DAILYKENN.com -- The actual number of false allegations is 5.9 percent.
So why does the headline read, "10% of sex abuse allegations are fake"?
The ten percent is based on the study's abstract, which reads, "...the prevalence of false allegations is between 2% and 10%."
So let's go with the high end: 10 percent.
Is that honest? Not really.
What if we had reported the low end; 2 percent?
Would that be dishonest?
Maybe we should ask the author of a Washington Post article who asserted:
In fact, studies indicate that the prevalence of false accusations of sexual assault is as low as 2 percent.At issue is Paige Patterson, the Southern Baptist icon who was fired for alleged misconduct. No trial. No jury. No conviction.
So why would Patterson focus so much attention on a 2 percent non-issue while brushing past the 98 percent epidemic?
Patterson's alleged failure was not sexual impropriety. Rather, the minister and former president of Southwestern Baptist Theological Seminary (SWBTS) was fired "for a history of misogynistic comments and mishandling of sex abuse allegations."
Apparently a female claimed to have been raped. She allegedly reported the alleged rape to Patterson who allegedly failed to report the allegation to government authorities; the police. Why the alleged victim apparently didn't report the alleged rape to police was not addressed.
Patterson lost his job and his retirement.
So the correct number is 5.9 percent. It's not 10 percent. It's not 2 percent. It's 5.9 percent.
There is another questionable statistic cited.
According the aforementioned article we are told, "...he was publicly asked to resign by 3,500 women in his own denomination".
Seriously? Exactly 3,500 women? Not 3,499 or 3,501? Exactly 3,500?
Large round numbers are often inaccurate because they are usually estimates. What's more the author offered no citation that I saw for the big round number.
Apparently there was an online petition circulated "which grew from 100 to more than 1,000 signatories on Sunday night" that was addressed to the trustees at SWBTS. The petition, apparently started in April, 2018, demanded the resignation of Patterson. By the time the "two percent" article was published in September the number had apparently "swelled" to 3,500 signatories over five months.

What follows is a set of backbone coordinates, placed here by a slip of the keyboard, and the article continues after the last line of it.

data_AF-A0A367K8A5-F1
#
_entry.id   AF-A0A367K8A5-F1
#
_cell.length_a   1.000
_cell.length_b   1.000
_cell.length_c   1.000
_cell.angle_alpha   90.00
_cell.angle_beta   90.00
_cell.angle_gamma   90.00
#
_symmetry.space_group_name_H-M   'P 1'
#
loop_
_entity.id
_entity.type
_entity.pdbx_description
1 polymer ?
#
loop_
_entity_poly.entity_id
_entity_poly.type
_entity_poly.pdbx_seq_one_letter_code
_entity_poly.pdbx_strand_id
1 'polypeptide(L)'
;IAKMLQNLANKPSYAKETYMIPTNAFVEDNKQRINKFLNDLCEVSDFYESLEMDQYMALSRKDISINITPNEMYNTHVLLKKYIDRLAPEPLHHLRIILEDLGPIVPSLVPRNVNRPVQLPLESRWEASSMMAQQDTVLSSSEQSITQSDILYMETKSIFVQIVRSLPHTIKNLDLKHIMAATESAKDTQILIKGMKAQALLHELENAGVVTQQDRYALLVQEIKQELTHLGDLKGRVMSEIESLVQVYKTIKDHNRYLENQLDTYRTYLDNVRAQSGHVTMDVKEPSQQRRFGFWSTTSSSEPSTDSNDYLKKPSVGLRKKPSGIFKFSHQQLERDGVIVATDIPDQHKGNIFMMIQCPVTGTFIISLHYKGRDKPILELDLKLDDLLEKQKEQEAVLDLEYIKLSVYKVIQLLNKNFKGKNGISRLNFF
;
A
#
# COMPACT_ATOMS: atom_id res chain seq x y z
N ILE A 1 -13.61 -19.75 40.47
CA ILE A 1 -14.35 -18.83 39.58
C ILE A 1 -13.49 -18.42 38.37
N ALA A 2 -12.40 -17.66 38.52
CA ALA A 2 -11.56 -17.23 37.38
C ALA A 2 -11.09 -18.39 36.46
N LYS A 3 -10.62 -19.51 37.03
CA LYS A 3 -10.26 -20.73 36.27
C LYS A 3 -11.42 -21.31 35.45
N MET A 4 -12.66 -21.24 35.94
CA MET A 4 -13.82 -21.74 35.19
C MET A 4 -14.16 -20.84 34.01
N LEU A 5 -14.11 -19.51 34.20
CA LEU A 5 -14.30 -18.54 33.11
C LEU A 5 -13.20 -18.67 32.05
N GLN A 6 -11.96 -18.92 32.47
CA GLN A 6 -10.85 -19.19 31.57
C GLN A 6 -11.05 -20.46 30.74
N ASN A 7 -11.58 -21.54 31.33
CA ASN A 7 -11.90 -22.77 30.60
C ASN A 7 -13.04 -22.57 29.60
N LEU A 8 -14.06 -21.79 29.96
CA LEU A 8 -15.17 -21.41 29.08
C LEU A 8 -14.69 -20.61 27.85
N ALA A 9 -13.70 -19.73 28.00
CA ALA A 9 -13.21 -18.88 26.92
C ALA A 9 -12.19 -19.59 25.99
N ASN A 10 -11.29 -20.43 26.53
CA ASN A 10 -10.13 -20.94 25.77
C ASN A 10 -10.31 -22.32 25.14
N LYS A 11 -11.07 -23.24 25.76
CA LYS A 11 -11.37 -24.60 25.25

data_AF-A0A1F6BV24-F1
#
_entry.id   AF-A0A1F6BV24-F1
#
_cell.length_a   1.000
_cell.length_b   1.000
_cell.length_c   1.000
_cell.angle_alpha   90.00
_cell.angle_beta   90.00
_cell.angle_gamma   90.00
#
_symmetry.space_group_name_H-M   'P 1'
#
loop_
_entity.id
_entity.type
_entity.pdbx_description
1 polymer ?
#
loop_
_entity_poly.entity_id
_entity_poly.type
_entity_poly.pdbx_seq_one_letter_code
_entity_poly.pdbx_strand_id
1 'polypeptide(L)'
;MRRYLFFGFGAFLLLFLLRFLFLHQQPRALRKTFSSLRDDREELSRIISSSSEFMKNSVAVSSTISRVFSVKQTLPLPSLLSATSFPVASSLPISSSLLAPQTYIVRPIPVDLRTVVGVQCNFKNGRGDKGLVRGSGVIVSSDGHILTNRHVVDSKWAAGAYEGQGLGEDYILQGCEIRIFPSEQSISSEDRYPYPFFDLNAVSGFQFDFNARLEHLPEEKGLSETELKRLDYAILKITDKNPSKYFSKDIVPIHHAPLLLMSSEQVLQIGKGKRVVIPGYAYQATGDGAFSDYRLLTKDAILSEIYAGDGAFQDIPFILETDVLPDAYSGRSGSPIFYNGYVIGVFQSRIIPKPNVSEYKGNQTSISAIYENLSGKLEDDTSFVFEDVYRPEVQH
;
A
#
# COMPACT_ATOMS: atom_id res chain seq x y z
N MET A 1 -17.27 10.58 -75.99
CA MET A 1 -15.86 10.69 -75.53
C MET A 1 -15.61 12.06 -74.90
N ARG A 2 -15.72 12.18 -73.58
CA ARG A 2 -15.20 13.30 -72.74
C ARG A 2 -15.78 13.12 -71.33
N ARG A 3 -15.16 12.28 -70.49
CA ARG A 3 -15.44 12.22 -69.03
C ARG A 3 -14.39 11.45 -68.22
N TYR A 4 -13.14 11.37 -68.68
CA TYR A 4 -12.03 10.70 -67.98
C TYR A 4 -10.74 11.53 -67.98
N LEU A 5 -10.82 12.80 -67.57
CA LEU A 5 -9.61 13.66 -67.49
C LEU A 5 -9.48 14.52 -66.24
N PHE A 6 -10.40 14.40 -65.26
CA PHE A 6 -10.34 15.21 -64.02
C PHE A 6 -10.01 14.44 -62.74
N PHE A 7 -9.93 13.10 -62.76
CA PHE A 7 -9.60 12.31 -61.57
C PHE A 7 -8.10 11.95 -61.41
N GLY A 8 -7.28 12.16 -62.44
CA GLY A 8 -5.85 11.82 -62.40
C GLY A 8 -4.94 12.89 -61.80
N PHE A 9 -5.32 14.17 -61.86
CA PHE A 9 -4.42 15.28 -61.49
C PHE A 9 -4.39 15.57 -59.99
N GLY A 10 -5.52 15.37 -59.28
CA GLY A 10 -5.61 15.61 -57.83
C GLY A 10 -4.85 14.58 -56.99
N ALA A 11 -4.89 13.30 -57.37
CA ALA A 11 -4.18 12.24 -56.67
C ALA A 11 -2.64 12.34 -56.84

Considering there are 16-million Southern Baptists (Google it), 3,500 represents barely 4/100 of a percent of the 8-million who are women. The author of the above article muses over a mere two percent, which is obviously the low end. But he seems unconcerned that only 0.04 percent of Southern Baptist women signed a petition to oust Patterson.
Who signed the petition? How do we know they are actually members of Southern Baptist Churches? How do we know they signatories are not cultural Marxist activists posing as Southern Baptists? How many of these signed the petition multiple times? How many are actually women?
Maybe only 2 percent of the 0.04 percent are Southern Baptist women.
The bottom line is this: Evangelicals remain a thorn in the side of the far left. Evangelical women are particularly bothersome to them.
It appears the cultural Marxism cult is infesting evangelicalism by using the #metoo movement as the vehicle and Southern Baptists as it prime target of choice.
Their message seems to be: If we can take down Patterson, we can take you down. So, you must comply with the cultural Marxist, domestic Marxist, anti-family, anti-Christian agenda.
Another Salem Witch Trial? Not really. At least the accused in Salem were afforded a trial.
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